by Tina Harbuck

The Sweetheart is still afloat in Santa Rosa Sound in Fort Walton Beach. [TINA HARBUCK/THE LOG]
The Sweetheart is still afloat in Santa Rosa Sound in Fort Walton Beach. [TINA HARBUCK/THE LOG]
At first glance, the slim lined white boat, trimmed in red and floating in Santa Rosa Sound might conjure up the tune “Let Me Call You Sweetheart.”

And rightly so. The moniker on the stern of the 44-foot vessel is Sweetheart.

Built in the mid-1940s, the Sweetheart, one of Destin’s original charter fleet, has brought pleasure to many.

The Sweetheart was one of two boats that Capt. Nick Maltezo had built in the ’40s in front of his house along the beach. The other boat was tagged the Memory.

In 1946, Capt. Edgar Walter bought the Sweetheart and fished her for many years, a tradition that was continued by his son Harold Walter and grandson Edgar.

Capt. Edgar Walter and Vera aboard the Sweetheart in the late 40s or early 50s. [SPECIAL TO THE LOG]
Capt. Edgar Walter and Vera aboard the Sweetheart in the late 40s or early 50s. [SPECIAL TO THE LOG]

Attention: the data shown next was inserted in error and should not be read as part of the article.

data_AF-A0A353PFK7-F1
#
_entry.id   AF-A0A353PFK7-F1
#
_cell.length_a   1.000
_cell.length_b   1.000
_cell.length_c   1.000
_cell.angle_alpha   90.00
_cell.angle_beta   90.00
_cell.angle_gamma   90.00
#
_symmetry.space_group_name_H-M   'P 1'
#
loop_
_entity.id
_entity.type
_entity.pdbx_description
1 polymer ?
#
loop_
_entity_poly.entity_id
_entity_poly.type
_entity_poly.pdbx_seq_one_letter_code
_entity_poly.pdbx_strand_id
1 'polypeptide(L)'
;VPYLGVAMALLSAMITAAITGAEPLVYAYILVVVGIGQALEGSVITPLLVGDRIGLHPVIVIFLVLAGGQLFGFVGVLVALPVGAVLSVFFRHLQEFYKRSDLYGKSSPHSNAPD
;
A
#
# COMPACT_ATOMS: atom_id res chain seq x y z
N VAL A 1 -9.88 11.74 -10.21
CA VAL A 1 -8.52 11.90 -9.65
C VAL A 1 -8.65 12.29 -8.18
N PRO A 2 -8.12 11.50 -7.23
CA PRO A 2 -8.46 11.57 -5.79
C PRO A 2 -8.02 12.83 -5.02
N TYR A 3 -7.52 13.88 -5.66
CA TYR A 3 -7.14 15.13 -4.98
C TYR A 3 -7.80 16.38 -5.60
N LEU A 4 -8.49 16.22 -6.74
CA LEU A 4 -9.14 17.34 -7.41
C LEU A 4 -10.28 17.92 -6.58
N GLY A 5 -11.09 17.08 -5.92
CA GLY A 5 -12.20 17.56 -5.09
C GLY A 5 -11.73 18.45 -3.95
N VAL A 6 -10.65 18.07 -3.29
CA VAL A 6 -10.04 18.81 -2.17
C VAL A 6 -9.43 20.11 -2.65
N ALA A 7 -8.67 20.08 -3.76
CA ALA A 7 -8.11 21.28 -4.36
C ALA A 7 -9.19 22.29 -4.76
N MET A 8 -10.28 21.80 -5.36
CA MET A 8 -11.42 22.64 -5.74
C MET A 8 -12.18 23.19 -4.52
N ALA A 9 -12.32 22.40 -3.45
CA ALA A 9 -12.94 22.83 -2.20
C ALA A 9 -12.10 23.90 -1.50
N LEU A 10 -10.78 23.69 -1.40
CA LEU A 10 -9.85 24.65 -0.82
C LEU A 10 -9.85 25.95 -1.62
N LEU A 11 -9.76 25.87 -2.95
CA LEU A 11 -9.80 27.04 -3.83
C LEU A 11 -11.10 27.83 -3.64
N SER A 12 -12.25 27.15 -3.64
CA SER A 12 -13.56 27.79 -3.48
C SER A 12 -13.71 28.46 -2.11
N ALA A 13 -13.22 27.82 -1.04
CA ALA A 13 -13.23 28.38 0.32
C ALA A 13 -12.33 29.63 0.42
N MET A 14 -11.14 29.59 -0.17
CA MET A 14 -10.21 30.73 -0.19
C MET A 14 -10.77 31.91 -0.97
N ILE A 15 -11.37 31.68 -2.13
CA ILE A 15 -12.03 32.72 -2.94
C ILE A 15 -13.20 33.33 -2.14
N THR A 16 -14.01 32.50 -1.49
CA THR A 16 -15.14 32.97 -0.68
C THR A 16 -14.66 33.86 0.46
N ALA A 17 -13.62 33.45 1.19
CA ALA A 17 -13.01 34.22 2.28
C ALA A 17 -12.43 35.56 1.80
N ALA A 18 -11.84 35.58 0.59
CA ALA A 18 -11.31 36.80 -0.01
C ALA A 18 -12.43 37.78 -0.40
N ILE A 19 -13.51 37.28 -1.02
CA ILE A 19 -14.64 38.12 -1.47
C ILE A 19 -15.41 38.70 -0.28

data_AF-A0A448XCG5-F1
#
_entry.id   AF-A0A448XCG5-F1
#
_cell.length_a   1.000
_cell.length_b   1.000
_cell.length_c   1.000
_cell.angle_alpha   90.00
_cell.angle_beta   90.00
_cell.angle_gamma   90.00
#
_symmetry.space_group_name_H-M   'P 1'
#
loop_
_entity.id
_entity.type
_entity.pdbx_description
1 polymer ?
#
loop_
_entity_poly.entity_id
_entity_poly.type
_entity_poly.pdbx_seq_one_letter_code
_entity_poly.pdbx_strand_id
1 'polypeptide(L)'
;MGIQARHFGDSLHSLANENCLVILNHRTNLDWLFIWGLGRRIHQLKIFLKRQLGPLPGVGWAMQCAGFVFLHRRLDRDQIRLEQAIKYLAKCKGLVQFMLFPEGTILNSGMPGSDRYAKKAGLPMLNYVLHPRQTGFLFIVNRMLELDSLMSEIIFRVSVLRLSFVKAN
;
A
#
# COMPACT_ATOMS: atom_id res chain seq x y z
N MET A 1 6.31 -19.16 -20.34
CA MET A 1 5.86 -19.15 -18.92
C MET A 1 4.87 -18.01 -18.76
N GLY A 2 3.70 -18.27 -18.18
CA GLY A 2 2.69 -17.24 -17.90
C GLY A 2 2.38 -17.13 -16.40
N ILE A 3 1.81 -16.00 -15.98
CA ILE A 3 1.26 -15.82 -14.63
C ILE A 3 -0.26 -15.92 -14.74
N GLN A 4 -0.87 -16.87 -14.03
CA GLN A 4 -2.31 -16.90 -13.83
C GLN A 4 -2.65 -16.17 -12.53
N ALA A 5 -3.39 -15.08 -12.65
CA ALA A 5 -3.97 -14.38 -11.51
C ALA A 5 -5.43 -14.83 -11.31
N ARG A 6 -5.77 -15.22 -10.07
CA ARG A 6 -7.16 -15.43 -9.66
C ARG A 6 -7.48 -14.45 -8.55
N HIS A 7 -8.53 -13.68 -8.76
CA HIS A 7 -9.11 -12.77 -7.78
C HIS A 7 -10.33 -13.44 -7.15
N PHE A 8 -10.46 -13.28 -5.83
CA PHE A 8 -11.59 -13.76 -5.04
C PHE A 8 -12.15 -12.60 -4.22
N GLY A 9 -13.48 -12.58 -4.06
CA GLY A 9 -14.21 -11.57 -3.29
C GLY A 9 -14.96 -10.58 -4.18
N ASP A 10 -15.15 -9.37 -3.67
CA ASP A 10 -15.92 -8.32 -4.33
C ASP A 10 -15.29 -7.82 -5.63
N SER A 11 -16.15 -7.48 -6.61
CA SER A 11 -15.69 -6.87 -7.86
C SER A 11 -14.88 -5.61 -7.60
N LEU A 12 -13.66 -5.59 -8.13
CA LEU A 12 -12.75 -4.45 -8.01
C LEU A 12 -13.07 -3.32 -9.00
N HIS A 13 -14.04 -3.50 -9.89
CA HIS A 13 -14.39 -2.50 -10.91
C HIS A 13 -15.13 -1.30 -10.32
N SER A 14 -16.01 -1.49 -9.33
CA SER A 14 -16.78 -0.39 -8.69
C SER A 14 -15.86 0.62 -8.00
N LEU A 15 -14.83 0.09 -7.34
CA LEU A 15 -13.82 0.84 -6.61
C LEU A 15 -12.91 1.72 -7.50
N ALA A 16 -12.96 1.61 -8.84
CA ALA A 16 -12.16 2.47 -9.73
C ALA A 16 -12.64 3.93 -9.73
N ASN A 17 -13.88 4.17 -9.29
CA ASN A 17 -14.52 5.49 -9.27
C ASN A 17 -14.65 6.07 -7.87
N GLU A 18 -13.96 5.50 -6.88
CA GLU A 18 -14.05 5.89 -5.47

“The boat was a year old when Uncle Nicky sold it to my daddy,” said the 88-year-old Capt. Harold as he sat in his recliner in his home on Kelly Street in Destin. “It originally was a net boat …; a seine boat.”

Then his dad finally decked it over and put a top on it and fished it as a charter boat.

At the time Edgar bought the boat he was a glass cutter in Shreveport, Louisiana, and would come over to Destin and run the boat on the weekends and in the summer when he had trips.

“It went on like that for years and then daddy finally decided to give it up and come on down here and run the boat,” Harold said.

By 1948, Edgar was running the boat full time and he fished it until he died in 1982. Harold started fishing alongside his dad when he was about 8-years-old.

In 1975 the Walter’s put another boat in the water, the Lady Eventhia.

“Most of the time he’d run one boat and I’d run the other,” Harold said. “Either one they put me on, I didn’t care.”

As for the Sweetheart, Harold said she was a great boat.

“She was a wonderful fishing boat. She was a comfortable boat, good rails,” he said. “She was a lucky boat …; she caught lots of fish.”